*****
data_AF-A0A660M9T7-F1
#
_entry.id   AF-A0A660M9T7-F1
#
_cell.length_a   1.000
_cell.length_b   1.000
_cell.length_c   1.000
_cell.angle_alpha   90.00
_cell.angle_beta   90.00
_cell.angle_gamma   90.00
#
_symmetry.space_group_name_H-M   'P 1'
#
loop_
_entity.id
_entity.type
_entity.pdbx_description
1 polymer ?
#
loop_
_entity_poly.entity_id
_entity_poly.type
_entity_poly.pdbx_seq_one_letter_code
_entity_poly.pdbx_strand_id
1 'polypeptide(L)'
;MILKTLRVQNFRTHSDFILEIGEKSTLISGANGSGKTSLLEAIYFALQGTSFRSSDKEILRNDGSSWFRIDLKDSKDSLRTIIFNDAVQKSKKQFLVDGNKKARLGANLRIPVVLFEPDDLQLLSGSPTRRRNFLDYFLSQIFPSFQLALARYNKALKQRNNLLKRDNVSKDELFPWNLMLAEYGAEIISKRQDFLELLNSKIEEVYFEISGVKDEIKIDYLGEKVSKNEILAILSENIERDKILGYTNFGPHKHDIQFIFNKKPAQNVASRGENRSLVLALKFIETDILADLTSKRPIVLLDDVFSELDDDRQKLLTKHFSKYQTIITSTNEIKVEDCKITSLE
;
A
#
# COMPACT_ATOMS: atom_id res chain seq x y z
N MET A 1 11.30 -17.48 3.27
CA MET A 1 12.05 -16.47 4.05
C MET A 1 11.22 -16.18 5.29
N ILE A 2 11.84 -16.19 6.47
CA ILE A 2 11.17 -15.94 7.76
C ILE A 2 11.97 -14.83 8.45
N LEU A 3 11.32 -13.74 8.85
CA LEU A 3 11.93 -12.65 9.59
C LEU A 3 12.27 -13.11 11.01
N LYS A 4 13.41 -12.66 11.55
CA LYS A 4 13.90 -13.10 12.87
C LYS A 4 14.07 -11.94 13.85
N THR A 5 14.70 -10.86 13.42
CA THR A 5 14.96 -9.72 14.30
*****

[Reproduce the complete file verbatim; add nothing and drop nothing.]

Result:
data_AF-A0A660M9T7-F1
#
_entry.id   AF-A0A660M9T7-F1
#
_cell.length_a   1.000
_cell.length_b   1.000
_cell.length_c   1.000
_cell.angle_alpha   90.00
_cell.angle_beta   90.00
_cell.angle_gamma   90.00
#
_symmetry.space_group_name_H-M   'P 1'
#
loop_
_entity.id
_entity.type
_entity.pdbx_description
1 polymer ?
#
loop_
_entity_poly.entity_id
_entity_poly.type
_entity_poly.pdbx_seq_one_letter_code
_entity_poly.pdbx_strand_id
1 'polypeptide(L)'
;MILKTLRVQNFRTHSDFILEIGEKSTLISGANGSGKTSLLEAIYFALQGTSFRSSDKEILRNDGSSWFRIDLKDSKDSLRTIIFNDAVQKSKKQFLVDGNKKARLGANLRIPVVLFEPDDLQLLSGSPTRRRNFLDYFLSQIFPSFQLALARYNKALKQRNNLLKRDNVSKDELFPWNLMLAEYGAEIISKRQDFLELLNSKIEEVYFEISGVKDEIKIDYLGEKVSKNEILAILSENIERDKILGYTNFGPHKHDIQFIFNKKPAQNVASRGENRSLVLALKFIETDILADLTSKRPIVLLDDVFSELDDDRQKLLTKHFSKYQTIITSTNEIKVEDCKITSLE
;
A
#
# COMPACT_ATOMS: atom_id res chain seq x y z
N MET A 1 11.30 -17.48 3.27
CA MET A 1 12.05 -16.47 4.05
C MET A 1 11.22 -16.18 5.29
N ILE A 2 11.84 -16.19 6.47
CA ILE A 2 11.17 -15.94 7.76
C ILE A 2 11.97 -14.83 8.45
N LEU A 3 11.32 -13.74 8.85
CA LEU A 3 11.93 -12.65 9.59
C LEU A 3 12.27 -13.11 11.01
N LYS A 4 13.41 -12.66 11.55
CA LYS A 4 13.90 -13.10 12.87
C LYS A 4 14.07 -11.94 13.85
N THR A 5 14.70 -10.86 13.42
CA THR A 5 14.96 -9.72 14.30